Ceratopogonidae(redirected from biting midge)
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(also Heleidae), a family of insects of the order Diptera. Body length, 1–2.5 mm. The insects are distributed everywhere but are most numerous in forests. In the USSR there are 18 genera, of which three—Culicoides, Leptoconops, and Lasiohelea—are bloodsucking insects. The insects differ from the Simuliidae and Phlebotomidae in that they have 13- to 15-jointed antennae and wings that are usually spotted and lie flat on the abdomen when at rest.
The larvae and pupae of Ceratopogonidae develop in brooks, marshes, ponds, and moist earth. The larvae winter; the adults appear in April or May and disappear in September or October. Only the females are bloodsucking; they attack humans and domestic and wild animals. The insects are intermediate hosts of some species of parasitic worms that infest man (in the tropics) and domestic animals (onchocercosis in horses). Control measures include the use of various repellents.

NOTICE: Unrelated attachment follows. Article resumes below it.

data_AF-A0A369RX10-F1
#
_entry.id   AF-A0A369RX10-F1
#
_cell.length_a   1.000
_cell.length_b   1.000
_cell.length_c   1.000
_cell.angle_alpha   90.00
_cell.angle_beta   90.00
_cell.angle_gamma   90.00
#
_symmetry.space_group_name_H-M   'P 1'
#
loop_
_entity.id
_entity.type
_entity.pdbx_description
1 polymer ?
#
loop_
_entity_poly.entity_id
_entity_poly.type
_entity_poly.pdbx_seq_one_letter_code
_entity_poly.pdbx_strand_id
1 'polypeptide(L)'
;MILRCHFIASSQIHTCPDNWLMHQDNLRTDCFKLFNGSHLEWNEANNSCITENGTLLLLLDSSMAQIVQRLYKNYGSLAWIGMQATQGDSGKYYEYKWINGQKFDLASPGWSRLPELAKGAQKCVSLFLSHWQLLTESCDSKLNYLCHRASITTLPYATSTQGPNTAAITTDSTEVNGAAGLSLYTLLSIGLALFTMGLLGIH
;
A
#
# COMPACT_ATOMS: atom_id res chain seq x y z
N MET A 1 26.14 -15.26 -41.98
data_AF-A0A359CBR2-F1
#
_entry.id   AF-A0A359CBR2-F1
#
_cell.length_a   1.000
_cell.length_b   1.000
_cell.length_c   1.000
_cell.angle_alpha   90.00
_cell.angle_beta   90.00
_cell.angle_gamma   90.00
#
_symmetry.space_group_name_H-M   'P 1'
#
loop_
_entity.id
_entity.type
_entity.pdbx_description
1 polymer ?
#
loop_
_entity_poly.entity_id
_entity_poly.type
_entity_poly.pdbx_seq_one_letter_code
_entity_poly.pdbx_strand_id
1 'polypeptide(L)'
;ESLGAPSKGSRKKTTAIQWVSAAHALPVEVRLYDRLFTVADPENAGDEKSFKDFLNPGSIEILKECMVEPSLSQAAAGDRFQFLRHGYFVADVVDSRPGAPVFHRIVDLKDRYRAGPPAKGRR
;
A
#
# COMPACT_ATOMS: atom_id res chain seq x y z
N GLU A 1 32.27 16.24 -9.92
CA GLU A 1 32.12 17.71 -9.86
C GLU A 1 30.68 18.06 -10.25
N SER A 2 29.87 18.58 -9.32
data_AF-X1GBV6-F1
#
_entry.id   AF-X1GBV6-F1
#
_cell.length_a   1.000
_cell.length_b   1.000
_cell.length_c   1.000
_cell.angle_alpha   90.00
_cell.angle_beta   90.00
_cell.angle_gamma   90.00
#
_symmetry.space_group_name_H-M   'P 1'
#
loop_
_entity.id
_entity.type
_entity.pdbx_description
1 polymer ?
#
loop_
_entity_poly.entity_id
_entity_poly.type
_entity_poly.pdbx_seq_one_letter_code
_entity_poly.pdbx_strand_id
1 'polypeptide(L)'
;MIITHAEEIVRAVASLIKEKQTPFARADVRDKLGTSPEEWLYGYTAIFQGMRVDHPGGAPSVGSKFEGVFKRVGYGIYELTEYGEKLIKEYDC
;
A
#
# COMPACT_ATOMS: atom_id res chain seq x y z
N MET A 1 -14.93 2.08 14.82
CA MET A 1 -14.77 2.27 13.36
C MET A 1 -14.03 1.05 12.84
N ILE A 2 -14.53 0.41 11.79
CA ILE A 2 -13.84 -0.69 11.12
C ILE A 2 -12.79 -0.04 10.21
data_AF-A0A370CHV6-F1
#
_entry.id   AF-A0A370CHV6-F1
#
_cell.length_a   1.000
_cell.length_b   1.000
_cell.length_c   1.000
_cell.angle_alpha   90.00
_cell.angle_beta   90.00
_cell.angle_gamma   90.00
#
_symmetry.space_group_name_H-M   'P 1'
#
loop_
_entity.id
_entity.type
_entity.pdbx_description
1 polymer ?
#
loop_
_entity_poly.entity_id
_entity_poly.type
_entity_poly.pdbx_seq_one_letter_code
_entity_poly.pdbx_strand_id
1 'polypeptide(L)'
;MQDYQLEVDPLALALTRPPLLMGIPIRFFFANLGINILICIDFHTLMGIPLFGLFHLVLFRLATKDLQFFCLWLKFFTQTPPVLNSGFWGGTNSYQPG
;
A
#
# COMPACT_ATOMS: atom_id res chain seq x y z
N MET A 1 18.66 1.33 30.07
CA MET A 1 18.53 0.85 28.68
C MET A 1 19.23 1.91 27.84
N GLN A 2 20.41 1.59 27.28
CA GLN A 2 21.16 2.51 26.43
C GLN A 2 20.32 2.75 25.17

REFERENCESGutsevich, A. V., and V. M. Glukhova. Melody sbora i izucheniia krovososushchikh mokretsov. Leningrad, 1970.
Gutsevich, A. V. Krovososushchie mokretsy. (Ceratopogonidae). Leningrad, 1973. (Fauna SSSR: Nasekomye dvukrylye, vol. 3, issue 5.)
A. V. GUTSEVICH